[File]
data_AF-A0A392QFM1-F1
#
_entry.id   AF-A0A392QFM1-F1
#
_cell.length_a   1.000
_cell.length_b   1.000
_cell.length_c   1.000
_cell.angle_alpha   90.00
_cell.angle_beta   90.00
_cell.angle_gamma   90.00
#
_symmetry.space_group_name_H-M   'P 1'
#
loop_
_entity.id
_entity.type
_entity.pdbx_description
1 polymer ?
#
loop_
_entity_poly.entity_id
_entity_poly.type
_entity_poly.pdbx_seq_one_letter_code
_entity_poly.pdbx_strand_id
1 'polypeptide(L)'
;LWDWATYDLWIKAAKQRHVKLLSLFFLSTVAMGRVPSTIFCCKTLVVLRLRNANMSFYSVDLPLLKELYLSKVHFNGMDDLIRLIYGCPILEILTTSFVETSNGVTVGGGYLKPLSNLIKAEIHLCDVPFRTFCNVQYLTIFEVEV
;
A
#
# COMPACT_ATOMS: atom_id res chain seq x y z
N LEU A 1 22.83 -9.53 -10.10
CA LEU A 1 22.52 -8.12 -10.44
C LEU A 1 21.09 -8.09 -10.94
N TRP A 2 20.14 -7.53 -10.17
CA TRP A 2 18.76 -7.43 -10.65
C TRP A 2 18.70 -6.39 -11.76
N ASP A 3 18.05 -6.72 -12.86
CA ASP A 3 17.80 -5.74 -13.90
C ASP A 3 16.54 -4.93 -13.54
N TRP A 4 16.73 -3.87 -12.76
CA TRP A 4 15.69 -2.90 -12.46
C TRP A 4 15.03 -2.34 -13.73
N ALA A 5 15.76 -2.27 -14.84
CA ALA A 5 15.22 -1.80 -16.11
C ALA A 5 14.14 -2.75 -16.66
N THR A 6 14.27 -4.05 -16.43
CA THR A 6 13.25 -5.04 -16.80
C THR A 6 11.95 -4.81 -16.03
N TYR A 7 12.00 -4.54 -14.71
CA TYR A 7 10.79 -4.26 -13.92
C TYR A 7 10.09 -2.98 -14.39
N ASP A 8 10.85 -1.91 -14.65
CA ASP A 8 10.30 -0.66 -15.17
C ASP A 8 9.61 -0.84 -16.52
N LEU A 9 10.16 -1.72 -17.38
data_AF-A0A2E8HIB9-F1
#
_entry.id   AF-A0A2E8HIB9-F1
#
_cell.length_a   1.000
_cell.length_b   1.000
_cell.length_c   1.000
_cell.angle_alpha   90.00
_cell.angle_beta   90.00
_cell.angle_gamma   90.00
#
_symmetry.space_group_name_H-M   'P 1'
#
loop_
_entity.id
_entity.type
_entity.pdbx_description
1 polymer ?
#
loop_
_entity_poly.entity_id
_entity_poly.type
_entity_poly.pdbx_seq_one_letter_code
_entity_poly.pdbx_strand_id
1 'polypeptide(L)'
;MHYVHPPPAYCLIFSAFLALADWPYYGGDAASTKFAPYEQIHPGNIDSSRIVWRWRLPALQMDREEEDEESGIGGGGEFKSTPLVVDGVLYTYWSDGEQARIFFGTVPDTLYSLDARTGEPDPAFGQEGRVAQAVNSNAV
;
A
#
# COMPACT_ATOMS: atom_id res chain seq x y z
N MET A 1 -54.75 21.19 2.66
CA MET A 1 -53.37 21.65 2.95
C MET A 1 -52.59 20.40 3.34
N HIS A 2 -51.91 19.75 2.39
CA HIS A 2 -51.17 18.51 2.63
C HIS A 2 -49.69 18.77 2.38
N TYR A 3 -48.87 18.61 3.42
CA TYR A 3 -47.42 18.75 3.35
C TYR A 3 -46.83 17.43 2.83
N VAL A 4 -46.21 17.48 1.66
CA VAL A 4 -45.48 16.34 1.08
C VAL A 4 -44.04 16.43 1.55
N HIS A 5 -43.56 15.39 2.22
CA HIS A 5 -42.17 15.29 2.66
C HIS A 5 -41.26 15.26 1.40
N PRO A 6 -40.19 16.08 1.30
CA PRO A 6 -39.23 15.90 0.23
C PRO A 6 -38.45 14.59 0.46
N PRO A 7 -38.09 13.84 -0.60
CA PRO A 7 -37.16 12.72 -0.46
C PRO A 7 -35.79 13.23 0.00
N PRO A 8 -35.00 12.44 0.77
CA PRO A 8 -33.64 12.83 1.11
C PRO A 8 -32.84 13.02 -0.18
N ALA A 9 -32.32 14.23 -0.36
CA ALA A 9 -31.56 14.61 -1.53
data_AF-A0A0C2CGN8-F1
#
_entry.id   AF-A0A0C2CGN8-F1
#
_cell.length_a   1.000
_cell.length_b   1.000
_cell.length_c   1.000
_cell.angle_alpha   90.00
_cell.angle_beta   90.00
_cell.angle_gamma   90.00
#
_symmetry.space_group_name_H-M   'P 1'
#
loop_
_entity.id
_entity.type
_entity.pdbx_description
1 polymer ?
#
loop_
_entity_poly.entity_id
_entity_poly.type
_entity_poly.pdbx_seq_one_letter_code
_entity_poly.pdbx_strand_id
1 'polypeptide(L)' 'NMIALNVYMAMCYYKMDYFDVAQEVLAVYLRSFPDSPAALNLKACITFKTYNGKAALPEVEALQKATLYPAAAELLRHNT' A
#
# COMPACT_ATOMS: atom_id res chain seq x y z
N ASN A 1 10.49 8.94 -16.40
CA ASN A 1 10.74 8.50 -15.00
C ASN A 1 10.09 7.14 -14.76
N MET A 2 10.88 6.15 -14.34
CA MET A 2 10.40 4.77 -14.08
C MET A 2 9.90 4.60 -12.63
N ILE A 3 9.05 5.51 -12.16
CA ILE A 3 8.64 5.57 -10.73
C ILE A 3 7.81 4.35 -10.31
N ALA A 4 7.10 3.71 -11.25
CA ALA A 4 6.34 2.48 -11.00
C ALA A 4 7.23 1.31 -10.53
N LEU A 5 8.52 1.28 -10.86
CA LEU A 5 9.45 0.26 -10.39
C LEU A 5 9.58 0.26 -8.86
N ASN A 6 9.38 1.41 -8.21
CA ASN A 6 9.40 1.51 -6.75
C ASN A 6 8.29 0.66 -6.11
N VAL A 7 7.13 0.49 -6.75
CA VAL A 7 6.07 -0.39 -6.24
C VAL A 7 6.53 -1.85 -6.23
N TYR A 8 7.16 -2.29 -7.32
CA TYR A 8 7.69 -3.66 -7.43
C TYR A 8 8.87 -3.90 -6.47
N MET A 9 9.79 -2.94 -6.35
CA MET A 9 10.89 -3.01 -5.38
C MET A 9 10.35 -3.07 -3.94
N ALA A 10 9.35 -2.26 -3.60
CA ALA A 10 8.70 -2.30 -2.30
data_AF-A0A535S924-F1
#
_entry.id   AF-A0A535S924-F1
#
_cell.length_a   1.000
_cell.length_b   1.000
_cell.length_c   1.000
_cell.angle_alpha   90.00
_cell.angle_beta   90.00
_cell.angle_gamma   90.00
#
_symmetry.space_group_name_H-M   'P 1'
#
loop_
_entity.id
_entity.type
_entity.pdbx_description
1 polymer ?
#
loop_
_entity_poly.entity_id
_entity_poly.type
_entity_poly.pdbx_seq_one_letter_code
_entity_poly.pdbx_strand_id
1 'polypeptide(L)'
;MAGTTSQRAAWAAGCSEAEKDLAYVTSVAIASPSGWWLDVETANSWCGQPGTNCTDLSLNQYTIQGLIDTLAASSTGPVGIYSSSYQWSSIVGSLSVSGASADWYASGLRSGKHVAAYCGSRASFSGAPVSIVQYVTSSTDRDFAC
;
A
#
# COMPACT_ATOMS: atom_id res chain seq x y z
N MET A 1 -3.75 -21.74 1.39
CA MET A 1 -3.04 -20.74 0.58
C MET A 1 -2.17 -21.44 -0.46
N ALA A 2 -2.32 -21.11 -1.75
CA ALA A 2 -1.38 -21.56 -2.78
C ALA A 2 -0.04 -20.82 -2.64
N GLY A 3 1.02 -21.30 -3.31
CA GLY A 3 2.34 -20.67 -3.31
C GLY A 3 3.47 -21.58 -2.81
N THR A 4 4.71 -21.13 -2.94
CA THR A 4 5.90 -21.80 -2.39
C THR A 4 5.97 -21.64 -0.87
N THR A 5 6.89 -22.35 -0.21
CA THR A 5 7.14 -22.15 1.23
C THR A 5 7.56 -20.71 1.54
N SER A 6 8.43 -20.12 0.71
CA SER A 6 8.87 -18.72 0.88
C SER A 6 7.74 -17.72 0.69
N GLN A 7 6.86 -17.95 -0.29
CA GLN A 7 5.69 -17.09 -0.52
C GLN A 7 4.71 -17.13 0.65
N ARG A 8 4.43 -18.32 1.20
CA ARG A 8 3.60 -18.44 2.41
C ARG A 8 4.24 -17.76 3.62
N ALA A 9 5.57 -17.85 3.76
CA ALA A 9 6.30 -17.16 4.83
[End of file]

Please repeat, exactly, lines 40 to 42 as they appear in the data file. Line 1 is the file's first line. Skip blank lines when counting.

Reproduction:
N TRP A 4 16.73 -3.87 -12.76
CA TRP A 4 15.69 -2.90 -12.46
C TRP A 4 15.03 -2.34 -13.73